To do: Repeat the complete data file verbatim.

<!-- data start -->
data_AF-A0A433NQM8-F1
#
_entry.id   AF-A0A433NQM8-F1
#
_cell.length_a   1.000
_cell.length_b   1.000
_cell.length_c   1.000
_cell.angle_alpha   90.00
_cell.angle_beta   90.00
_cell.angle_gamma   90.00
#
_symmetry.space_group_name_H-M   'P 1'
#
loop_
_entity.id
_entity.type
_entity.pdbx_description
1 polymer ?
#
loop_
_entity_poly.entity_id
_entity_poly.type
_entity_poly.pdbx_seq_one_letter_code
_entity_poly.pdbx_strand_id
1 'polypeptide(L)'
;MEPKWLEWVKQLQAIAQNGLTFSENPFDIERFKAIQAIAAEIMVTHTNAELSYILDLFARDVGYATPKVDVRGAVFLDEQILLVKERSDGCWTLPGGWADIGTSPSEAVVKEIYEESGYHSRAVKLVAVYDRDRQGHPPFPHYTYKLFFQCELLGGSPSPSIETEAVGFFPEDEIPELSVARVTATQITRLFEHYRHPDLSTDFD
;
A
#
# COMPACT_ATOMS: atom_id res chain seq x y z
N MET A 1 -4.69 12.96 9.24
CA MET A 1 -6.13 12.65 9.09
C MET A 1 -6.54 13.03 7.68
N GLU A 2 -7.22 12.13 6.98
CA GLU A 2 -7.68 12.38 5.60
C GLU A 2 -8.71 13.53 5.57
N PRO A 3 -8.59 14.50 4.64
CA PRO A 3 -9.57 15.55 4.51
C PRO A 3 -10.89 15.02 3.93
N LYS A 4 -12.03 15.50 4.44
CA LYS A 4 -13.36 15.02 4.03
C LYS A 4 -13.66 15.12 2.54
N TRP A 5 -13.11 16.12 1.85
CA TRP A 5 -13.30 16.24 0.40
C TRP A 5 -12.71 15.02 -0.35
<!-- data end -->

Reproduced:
data_AF-A0A433NQM8-F1
#
_entry.id   AF-A0A433NQM8-F1
#
_cell.length_a   1.000
_cell.length_b   1.000
_cell.length_c   1.000
_cell.angle_alpha   90.00
_cell.angle_beta   90.00
_cell.angle_gamma   90.00
#
_symmetry.space_group_name_H-M   'P 1'
#
loop_
_entity.id
_entity.type
_entity.pdbx_description
1 polymer ?
#
loop_
_entity_poly.entity_id
_entity_poly.type
_entity_poly.pdbx_seq_one_letter_code
_entity_poly.pdbx_strand_id
1 'polypeptide(L)'
;MEPKWLEWVKQLQAIAQNGLTFSENPFDIERFKAIQAIAAEIMVTHTNAELSYILDLFARDVGYATPKVDVRGAVFLDEQILLVKERSDGCWTLPGGWADIGTSPSEAVVKEIYEESGYHSRAVKLVAVYDRDRQGHPPFPHYTYKLFFQCELLGGSPSPSIETEAVGFFPEDEIPELSVARVTATQITRLFEHYRHPDLSTDFD
;
A
#
# COMPACT_ATOMS: atom_id res chain seq x y z
N MET A 1 -4.69 12.96 9.24
CA MET A 1 -6.13 12.65 9.09
C MET A 1 -6.54 13.03 7.68
N GLU A 2 -7.22 12.13 6.98
CA GLU A 2 -7.68 12.38 5.60
C GLU A 2 -8.71 13.53 5.57
N PRO A 3 -8.59 14.50 4.64
CA PRO A 3 -9.57 15.55 4.51
C PRO A 3 -10.89 15.02 3.93
N LYS A 4 -12.03 15.50 4.44
CA LYS A 4 -13.36 15.02 4.03
C LYS A 4 -13.66 15.12 2.54
N TRP A 5 -13.11 16.12 1.85
CA TRP A 5 -13.30 16.24 0.40
C TRP A 5 -12.71 15.02 -0.35